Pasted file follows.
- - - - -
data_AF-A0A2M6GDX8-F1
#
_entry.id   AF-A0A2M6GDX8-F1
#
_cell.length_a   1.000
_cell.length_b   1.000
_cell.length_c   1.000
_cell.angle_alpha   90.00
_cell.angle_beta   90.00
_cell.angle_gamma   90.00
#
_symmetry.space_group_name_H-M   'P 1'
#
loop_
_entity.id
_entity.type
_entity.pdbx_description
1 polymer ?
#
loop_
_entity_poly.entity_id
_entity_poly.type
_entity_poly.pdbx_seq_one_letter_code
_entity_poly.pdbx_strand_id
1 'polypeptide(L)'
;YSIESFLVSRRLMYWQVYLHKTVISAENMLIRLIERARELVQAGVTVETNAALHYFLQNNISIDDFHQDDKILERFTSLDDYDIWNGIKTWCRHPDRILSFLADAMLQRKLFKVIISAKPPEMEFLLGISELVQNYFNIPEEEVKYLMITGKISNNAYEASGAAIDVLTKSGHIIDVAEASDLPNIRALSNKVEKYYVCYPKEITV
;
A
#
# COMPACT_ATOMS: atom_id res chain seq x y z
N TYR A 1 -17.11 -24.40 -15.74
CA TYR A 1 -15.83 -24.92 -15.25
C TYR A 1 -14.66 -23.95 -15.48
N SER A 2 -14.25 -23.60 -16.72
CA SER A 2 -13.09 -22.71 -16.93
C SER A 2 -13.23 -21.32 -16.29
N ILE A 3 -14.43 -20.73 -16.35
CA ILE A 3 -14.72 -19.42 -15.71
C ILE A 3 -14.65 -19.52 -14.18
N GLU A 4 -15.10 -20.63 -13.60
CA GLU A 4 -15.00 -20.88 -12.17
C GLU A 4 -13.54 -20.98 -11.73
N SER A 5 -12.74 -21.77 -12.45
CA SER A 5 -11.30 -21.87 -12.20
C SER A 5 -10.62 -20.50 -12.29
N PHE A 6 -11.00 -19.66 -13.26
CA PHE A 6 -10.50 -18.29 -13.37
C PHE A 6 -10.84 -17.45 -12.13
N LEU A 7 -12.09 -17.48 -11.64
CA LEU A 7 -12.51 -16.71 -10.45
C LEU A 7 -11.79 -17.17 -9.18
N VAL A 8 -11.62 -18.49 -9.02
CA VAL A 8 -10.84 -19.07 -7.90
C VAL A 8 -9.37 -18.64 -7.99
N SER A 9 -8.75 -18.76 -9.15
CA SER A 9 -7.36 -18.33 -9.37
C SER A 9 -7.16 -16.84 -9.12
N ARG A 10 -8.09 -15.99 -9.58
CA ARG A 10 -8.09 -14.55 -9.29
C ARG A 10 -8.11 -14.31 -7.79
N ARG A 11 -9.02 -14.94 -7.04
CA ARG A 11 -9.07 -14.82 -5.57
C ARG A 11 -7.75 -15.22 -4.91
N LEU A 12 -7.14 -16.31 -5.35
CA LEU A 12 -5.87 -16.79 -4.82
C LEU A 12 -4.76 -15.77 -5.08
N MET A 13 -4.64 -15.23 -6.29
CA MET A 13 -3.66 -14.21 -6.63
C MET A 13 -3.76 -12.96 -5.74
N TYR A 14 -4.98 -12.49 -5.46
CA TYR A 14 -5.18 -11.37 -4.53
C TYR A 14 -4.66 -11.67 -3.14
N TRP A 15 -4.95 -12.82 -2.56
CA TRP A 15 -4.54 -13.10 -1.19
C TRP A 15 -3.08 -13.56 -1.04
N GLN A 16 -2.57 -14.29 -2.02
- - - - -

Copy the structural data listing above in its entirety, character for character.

data_AF-A0A2M6GDX8-F1
#
_entry.id   AF-A0A2M6GDX8-F1
#
_cell.length_a   1.000
_cell.length_b   1.000
_cell.length_c   1.000
_cell.angle_alpha   90.00
_cell.angle_beta   90.00
_cell.angle_gamma   90.00
#
_symmetry.space_group_name_H-M   'P 1'
#
loop_
_entity.id
_entity.type
_entity.pdbx_description
1 polymer ?
#
loop_
_entity_poly.entity_id
_entity_poly.type
_entity_poly.pdbx_seq_one_letter_code
_entity_poly.pdbx_strand_id
1 'polypeptide(L)'
;YSIESFLVSRRLMYWQVYLHKTVISAENMLIRLIERARELVQAGVTVETNAALHYFLQNNISIDDFHQDDKILERFTSLDDYDIWNGIKTWCRHPDRILSFLADAMLQRKLFKVIISAKPPEMEFLLGISELVQNYFNIPEEEVKYLMITGKISNNAYEASGAAIDVLTKSGHIIDVAEASDLPNIRALSNKVEKYYVCYPKEITV
;
A
#
# COMPACT_ATOMS: atom_id res chain seq x y z
N TYR A 1 -17.11 -24.40 -15.74
CA TYR A 1 -15.83 -24.92 -15.25
C TYR A 1 -14.66 -23.95 -15.48
N SER A 2 -14.25 -23.60 -16.72
CA SER A 2 -13.09 -22.71 -16.93
C SER A 2 -13.23 -21.32 -16.29
N ILE A 3 -14.43 -20.73 -16.35
CA ILE A 3 -14.72 -19.42 -15.71
C ILE A 3 -14.65 -19.52 -14.18
N GLU A 4 -15.10 -20.63 -13.60
CA GLU A 4 -15.00 -20.88 -12.17
C GLU A 4 -13.54 -20.98 -11.73
N SER A 5 -12.74 -21.77 -12.45
CA SER A 5 -11.30 -21.87 -12.20
C SER A 5 -10.62 -20.50 -12.29
N PHE A 6 -11.00 -19.66 -13.26
CA PHE A 6 -10.50 -18.29 -13.37
C PHE A 6 -10.84 -17.45 -12.13
N LEU A 7 -12.09 -17.48 -11.64
CA LEU A 7 -12.51 -16.71 -10.45
C LEU A 7 -11.79 -17.17 -9.18
N VAL A 8 -11.62 -18.49 -9.02
CA VAL A 8 -10.84 -19.07 -7.90
C VAL A 8 -9.37 -18.64 -7.99
N SER A 9 -8.75 -18.76 -9.15
CA SER A 9 -7.36 -18.33 -9.37
C SER A 9 -7.16 -16.84 -9.12
N ARG A 10 -8.09 -15.99 -9.58
CA ARG A 10 -8.09 -14.55 -9.29
C ARG A 10 -8.11 -14.31 -7.79
N ARG A 11 -9.02 -14.94 -7.04
CA ARG A 11 -9.07 -14.82 -5.57
C ARG A 11 -7.75 -15.22 -4.91
N LEU A 12 -7.14 -16.31 -5.35
CA LEU A 12 -5.87 -16.79 -4.82
C LEU A 12 -4.76 -15.77 -5.08
N MET A 13 -4.64 -15.23 -6.29
CA MET A 13 -3.66 -14.21 -6.63
C MET A 13 -3.76 -12.96 -5.74
N TYR A 14 -4.98 -12.49 -5.46
CA TYR A 14 -5.18 -11.37 -4.53
C TYR A 14 -4.66 -11.67 -3.14
N TRP A 15 -4.95 -12.82 -2.56
CA TRP A 15 -4.54 -13.10 -1.19
C TRP A 15 -3.08 -13.56 -1.04
N GLN A 16 -2.57 -14.29 -2.02